According to allegations contained in the Indictment filed against Liberty Reserve, MARMILEV, and six other individual defendants, and statements made in other documents filed in Manhattan federal court and related court proceedings:

Liberty Reserve was incorporated in Costa Rica in 2006 and billed itself as the Internet’s “largest payment processor and money transfer system.” Liberty Reserve was created, structured, and operated to help users conduct illegal transactions anonymously and launder the proceeds of their crimes. It emerged as one of the principal money transfer agents used by cybercriminals around the world to distribute, store, and launder the proceeds of their illegal activity. Liberty Reserve was used extensively for illegal purposes, functioning as the bank of choice for the criminal underworld because it provided an infrastructure that enabled cybercriminals around the world to conduct anonymous and untraceable financial transactions.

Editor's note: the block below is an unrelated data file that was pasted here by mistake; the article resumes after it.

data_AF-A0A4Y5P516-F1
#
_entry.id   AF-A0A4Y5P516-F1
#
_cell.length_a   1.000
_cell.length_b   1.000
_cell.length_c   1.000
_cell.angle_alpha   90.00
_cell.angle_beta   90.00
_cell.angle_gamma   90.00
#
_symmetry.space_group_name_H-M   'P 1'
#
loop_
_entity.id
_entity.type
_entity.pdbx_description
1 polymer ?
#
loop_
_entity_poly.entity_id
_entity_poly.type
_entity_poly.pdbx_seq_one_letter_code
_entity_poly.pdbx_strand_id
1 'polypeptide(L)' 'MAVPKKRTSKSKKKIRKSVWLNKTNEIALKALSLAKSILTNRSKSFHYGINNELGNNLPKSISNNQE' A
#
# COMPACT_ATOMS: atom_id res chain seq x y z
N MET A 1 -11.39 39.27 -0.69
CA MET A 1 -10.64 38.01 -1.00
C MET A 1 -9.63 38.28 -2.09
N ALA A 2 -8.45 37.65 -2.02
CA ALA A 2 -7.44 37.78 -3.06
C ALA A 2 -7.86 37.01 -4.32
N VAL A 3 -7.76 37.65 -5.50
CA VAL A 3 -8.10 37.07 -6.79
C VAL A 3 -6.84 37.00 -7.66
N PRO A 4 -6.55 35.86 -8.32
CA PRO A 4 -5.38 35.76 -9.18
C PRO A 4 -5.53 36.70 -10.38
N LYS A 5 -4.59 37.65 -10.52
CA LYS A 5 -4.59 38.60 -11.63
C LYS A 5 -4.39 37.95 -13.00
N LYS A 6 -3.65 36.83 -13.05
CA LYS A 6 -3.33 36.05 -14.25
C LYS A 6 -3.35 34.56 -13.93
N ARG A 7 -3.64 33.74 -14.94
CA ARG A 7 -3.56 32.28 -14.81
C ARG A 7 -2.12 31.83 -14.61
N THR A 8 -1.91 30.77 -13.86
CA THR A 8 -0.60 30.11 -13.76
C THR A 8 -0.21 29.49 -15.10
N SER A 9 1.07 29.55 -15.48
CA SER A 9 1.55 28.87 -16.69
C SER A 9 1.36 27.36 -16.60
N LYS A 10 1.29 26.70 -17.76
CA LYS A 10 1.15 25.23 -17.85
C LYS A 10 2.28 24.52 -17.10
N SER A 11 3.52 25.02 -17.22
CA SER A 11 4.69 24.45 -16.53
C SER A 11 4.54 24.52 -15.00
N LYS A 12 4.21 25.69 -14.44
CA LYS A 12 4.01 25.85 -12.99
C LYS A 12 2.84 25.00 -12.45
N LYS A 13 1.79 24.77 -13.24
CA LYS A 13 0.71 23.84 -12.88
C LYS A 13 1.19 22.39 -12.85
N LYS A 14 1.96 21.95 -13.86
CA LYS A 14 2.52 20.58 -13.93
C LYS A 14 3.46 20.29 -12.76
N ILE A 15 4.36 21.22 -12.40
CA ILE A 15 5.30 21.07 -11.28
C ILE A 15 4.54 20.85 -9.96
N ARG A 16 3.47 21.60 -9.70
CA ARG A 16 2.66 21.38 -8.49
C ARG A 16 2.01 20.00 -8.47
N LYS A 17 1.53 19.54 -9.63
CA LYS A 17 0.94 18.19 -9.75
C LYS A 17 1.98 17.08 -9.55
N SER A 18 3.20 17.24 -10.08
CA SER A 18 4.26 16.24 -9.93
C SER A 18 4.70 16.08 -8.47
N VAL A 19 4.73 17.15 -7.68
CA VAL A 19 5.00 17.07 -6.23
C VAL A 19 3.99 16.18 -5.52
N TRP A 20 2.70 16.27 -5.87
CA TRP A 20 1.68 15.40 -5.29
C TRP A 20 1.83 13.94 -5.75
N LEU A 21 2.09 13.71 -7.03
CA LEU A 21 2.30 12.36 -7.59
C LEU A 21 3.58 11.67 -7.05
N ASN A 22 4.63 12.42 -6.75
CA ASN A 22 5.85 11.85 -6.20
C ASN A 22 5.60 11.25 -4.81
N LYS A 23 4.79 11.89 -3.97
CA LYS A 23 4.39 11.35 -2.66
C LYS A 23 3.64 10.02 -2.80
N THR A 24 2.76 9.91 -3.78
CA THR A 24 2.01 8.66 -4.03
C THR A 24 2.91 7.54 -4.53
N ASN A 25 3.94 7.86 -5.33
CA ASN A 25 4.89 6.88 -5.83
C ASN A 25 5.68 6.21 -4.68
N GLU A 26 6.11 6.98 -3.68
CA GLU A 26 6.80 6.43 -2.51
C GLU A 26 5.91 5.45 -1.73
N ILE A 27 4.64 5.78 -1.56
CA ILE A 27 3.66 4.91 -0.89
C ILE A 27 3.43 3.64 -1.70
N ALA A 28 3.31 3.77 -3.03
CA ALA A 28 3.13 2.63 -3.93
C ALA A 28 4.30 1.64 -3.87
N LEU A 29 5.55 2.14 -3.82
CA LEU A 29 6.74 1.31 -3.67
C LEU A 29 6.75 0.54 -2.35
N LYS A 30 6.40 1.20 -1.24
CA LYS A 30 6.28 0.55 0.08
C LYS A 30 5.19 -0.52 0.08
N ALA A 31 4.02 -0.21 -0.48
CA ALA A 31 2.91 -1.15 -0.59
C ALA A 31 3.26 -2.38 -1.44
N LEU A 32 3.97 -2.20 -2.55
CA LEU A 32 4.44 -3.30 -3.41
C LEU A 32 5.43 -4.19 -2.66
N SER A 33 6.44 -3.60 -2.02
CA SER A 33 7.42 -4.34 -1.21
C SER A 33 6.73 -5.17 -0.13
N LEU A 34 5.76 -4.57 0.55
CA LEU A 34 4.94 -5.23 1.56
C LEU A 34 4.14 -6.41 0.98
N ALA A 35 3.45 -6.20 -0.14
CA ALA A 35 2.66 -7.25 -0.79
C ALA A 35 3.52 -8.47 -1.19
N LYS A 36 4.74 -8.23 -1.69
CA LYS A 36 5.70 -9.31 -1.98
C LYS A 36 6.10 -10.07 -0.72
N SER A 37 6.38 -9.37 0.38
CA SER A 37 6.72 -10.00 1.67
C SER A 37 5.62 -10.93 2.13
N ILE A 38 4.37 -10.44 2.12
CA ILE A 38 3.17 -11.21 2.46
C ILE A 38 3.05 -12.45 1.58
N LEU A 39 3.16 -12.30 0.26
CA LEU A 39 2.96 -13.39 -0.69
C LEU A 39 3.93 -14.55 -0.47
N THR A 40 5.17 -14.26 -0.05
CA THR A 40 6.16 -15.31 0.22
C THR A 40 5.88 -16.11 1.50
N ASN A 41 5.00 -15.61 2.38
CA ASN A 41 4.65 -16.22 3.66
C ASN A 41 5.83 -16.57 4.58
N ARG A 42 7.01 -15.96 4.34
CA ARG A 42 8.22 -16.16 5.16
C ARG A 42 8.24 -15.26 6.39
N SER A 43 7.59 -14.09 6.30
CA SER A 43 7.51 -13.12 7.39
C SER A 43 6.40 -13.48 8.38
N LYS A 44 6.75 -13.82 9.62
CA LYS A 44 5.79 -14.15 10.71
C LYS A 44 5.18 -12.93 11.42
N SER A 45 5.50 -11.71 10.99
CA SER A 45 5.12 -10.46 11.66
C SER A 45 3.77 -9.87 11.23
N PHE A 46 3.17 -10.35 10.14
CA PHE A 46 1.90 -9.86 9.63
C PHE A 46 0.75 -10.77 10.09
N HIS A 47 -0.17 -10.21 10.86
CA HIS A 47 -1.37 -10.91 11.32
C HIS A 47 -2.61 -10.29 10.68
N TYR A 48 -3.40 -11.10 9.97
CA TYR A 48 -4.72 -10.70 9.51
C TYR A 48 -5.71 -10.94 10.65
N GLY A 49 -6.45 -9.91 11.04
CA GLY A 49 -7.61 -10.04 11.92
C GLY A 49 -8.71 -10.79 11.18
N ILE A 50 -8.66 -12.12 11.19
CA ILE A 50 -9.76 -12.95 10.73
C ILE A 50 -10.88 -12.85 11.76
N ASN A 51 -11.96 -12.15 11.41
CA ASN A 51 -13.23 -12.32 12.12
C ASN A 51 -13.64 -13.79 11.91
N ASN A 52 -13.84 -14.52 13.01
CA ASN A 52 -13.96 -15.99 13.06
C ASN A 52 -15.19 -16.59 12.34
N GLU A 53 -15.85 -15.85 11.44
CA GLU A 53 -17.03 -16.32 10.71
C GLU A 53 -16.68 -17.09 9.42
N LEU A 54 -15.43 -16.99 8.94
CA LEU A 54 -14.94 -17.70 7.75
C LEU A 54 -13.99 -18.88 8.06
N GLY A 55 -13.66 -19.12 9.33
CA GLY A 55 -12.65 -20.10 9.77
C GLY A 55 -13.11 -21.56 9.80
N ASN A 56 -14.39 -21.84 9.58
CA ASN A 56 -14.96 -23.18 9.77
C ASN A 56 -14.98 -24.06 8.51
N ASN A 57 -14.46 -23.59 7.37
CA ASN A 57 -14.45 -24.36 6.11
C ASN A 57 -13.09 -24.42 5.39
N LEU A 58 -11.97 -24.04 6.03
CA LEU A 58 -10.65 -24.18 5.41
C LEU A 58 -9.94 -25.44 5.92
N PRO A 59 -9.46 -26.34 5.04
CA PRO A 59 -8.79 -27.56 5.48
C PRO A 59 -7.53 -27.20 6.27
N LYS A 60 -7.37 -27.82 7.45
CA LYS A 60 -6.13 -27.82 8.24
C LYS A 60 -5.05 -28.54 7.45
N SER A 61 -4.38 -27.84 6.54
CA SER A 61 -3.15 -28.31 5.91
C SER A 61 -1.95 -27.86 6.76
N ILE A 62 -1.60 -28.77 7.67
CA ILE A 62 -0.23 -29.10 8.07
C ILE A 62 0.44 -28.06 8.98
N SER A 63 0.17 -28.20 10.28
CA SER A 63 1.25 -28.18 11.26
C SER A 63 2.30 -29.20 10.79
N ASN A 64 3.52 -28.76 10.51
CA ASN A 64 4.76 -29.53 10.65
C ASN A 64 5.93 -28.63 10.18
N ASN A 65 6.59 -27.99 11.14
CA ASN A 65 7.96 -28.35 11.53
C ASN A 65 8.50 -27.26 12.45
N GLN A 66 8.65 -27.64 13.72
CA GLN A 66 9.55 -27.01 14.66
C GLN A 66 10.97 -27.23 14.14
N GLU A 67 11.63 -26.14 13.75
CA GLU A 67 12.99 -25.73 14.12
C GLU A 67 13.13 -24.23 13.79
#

Before being shut down by the U.S. government in May 2013, Liberty Reserve had more than five million user accounts worldwide, including more than 600,000 accounts associated with users in the United States, and processed tens of millions of transactions through its system, totaling more than $16 billion in funds. These funds encompassed suspected proceeds of credit card fraud, identity theft, investment fraud, computer hacking, child pornography, narcotics trafficking, and other crimes.